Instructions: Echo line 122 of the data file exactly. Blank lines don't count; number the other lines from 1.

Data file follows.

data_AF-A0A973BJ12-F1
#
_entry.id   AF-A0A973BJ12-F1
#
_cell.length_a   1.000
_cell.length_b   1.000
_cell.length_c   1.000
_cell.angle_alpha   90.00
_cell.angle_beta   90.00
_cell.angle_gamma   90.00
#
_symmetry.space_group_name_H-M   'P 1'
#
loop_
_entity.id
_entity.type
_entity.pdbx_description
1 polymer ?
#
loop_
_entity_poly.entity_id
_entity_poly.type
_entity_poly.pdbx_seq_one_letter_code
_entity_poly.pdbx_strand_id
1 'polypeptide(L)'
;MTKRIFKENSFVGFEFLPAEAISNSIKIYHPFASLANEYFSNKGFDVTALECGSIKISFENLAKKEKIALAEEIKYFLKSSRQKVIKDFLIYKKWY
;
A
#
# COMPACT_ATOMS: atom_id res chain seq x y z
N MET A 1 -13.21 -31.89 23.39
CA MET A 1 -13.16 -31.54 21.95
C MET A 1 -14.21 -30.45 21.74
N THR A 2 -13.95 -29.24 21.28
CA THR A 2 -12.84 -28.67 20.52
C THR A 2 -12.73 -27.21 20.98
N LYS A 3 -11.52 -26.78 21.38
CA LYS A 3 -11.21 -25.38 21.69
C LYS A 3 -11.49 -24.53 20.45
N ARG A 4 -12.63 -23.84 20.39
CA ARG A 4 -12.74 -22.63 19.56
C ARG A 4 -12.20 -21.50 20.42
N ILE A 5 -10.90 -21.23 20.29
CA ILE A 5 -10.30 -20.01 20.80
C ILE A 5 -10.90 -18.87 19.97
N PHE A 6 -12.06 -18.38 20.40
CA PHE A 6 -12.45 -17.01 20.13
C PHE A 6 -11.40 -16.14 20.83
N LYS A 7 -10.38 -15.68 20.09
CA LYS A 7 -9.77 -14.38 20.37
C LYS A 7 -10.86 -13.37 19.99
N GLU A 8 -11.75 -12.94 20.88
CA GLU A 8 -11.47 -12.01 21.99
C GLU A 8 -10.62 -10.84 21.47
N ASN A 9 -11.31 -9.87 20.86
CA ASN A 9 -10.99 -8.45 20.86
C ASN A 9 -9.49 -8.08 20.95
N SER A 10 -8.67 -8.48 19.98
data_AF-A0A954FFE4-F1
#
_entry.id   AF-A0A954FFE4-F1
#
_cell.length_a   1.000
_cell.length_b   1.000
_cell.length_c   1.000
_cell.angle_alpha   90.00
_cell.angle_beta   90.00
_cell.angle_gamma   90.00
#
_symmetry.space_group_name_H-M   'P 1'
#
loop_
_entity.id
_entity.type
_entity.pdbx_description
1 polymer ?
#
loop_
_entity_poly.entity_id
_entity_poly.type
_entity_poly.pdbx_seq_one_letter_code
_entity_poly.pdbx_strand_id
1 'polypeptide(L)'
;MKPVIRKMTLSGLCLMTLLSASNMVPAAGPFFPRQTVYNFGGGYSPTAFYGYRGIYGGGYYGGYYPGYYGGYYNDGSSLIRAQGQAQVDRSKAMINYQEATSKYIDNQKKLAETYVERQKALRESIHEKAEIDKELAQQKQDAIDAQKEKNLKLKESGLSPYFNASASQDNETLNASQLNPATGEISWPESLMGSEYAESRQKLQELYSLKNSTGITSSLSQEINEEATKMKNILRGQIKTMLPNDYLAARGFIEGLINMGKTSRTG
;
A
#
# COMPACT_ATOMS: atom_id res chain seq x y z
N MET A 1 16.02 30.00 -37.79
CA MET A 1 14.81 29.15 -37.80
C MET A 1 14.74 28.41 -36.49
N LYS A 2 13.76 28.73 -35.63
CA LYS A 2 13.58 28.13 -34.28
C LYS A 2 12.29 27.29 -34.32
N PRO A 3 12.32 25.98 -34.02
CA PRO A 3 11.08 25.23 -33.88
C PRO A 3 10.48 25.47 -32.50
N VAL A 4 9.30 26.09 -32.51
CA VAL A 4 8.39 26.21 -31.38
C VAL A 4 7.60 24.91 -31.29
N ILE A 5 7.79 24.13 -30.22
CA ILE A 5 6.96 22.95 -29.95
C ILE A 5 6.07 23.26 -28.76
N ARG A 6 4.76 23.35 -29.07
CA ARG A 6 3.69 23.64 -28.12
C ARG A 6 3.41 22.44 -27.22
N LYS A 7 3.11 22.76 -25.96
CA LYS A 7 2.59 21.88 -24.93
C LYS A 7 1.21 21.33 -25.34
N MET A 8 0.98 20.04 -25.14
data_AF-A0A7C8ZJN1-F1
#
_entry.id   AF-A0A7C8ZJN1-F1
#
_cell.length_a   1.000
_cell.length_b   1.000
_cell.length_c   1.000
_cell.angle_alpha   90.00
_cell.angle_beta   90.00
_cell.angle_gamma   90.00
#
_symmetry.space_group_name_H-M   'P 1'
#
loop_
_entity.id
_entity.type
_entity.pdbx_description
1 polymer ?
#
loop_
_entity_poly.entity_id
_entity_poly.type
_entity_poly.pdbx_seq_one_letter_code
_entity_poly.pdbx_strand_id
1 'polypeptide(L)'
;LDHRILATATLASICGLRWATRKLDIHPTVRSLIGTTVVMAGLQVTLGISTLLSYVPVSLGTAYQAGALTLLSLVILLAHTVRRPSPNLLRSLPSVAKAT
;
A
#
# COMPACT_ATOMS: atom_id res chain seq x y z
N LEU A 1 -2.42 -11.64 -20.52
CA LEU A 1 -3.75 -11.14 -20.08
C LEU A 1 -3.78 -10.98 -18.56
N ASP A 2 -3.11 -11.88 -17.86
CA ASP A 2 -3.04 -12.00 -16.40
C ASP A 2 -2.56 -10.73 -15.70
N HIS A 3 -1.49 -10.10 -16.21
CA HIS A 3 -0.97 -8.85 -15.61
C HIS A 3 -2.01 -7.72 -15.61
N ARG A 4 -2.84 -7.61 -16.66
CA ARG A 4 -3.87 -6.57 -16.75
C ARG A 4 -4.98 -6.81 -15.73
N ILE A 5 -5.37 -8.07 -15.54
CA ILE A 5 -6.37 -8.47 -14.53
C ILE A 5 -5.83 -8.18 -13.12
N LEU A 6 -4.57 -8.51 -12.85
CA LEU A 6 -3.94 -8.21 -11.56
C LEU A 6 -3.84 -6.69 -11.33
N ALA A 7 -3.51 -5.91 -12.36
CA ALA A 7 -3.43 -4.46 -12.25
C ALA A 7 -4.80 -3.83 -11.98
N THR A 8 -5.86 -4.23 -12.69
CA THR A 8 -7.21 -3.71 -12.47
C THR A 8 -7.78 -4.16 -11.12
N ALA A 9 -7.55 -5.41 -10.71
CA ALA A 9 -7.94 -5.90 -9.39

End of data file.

_symmetry.space_group_name_H-M   'P 1'